15 pension index, by regiment (William Knapp)
17 1910 US census, Pennsylvania, Philadelphia, 18th ward, supervisor's district 1, enumeration district 283 [?], microfilm series T624, film 1392, page 180 = 9 handwritten (William Knapp)
18 Pennsylvania Memorial, Gettysburg, Pennsylvania (William Knapp)
19 consolidated morning report, 91st Pennsylvania, 5 January 1865 (Sergt Knapp)
20 e-mail, Sue Chiaverini, 16 January 2007
21 'Veterans appeal and enter protest', Philadelphia Inquirer 27 May 1897 page 3 (W Knapp)
22 1860 US census, Pennsylvania, Philadelphia, ward 18, northeast division (post office Kensington), microfilm series 653, film 1168, page 179 = 179 handwritten (Wm Knapp)
23 1880 US census, Pennsylvania, Philadelphia, supervisor's district 1, enumeration 343, microfilm series T9, film 1177, page 236 C = 24 handwritten (Wm Knapp)
24 1900 US census, Pennsylvania, Philadelphia, ward 18, supervisor's district 1, enumeration district 352, microfilm series T623, film 1460, page 65 A = 4 handwritten (William Knapp)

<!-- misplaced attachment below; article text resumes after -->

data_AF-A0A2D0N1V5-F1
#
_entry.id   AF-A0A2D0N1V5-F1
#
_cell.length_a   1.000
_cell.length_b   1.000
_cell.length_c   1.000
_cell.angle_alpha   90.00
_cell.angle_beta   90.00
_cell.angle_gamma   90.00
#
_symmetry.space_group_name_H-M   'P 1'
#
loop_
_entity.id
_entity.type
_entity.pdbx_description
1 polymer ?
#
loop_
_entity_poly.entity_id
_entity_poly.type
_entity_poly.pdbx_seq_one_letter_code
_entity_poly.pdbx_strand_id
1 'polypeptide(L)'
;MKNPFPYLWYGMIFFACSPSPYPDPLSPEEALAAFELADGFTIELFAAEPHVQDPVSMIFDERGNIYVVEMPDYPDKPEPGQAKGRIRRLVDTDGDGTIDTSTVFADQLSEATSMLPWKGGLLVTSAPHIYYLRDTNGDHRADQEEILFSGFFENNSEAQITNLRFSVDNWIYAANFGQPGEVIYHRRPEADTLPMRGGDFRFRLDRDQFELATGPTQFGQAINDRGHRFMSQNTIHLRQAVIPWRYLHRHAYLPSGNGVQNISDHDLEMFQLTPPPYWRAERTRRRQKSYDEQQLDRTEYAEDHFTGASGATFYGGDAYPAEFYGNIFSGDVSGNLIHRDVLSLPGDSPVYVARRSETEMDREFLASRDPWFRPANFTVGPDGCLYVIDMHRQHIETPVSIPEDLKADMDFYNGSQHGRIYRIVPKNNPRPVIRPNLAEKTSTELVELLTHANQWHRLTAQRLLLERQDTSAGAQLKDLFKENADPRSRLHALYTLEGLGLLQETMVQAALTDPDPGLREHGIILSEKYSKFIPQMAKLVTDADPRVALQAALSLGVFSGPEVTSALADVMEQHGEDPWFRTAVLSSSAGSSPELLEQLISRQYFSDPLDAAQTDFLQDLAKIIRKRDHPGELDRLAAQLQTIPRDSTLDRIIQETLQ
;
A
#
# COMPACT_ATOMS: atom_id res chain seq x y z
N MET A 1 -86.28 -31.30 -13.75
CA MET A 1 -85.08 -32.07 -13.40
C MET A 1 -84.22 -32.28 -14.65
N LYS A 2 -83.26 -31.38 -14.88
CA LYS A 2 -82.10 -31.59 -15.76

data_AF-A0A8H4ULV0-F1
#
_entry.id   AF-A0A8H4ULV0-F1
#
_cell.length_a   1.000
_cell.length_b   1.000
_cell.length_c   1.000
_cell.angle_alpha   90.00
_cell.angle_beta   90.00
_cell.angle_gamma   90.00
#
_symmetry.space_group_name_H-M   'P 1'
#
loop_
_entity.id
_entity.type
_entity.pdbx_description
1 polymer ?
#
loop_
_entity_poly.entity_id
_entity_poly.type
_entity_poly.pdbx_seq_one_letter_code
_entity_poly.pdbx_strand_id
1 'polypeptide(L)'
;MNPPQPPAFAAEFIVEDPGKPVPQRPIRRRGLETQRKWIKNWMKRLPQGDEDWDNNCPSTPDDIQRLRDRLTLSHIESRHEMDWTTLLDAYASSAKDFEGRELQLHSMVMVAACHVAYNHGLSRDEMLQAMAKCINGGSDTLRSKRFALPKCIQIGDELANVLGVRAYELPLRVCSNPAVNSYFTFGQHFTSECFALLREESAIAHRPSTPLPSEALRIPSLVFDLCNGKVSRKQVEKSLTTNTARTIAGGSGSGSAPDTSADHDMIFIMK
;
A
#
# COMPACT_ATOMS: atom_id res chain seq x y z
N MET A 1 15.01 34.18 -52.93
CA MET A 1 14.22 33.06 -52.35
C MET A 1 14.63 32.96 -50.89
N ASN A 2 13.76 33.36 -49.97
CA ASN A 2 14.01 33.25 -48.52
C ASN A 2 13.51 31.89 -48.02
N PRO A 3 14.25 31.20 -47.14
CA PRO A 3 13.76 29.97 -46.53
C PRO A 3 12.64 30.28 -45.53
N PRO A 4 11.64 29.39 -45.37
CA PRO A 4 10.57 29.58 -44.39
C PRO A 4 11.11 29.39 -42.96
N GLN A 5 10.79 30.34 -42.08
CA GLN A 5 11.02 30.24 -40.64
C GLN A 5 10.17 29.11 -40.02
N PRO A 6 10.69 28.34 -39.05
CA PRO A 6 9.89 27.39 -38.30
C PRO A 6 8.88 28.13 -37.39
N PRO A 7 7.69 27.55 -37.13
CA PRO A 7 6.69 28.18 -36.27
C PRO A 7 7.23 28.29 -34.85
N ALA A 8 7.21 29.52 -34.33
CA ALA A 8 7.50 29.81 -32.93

25 1870 US census, Pennsylvania, Philadelphia, ward 18, district 54, microfilm series M593, film 1403, page 326 = 163 handwritten (William Knapp)
26 'William Knapp, Mint Employe [sic], Dies', Evening public ledger 26 December 1919, Night Extra Financial (William Knapp)
27 index to compiled service records of volunteer Union soldiers who served in organizations from the state of Pennsylvania (William Knapp)
|Name||Adam Myers||Mary "||George "||Lillie "||Wm Knapp|
|Occupation||ditto [sc. Cordwainer]||Fisherman|
|Value of real estate owned|
|Value of personal estate|
|Place of birth||do [sc. Penna]||do||do||do||do|
|Married within year|
|Attended school within year||1|
|Cannot read & write|
|Deaf, dumb, blind, etc.|
|Name||Knapp William||- Mary||- William||Godfrey Pauline|
|Occupation||Ret Liquor Dealer||Keeping House|
|Real estate value||2800|
|Personal estate value||600|
|Father foreign born||1|
|Mother foreign born||1|
|Birth month if born within year|
|Marriage month if married within year|
|Attended school past year|
|Deaf, dumb, blind, etc.|
|Male US citizen at least 21 years old||1|
|Male US citizen at least 21 years old who can't vote ...|
|dwelling visit #||185|
|family visit #||221|
|name||Knapp Wm||" Philophine [?]||" Wm Jr||" Chas||" Clara||Godfrey Mary|
|month born if born in year|
|married during year|
|occupation||Laborer at Mint||Keeps House||At School||At School||At Home||At Home|
|school this year||1||1|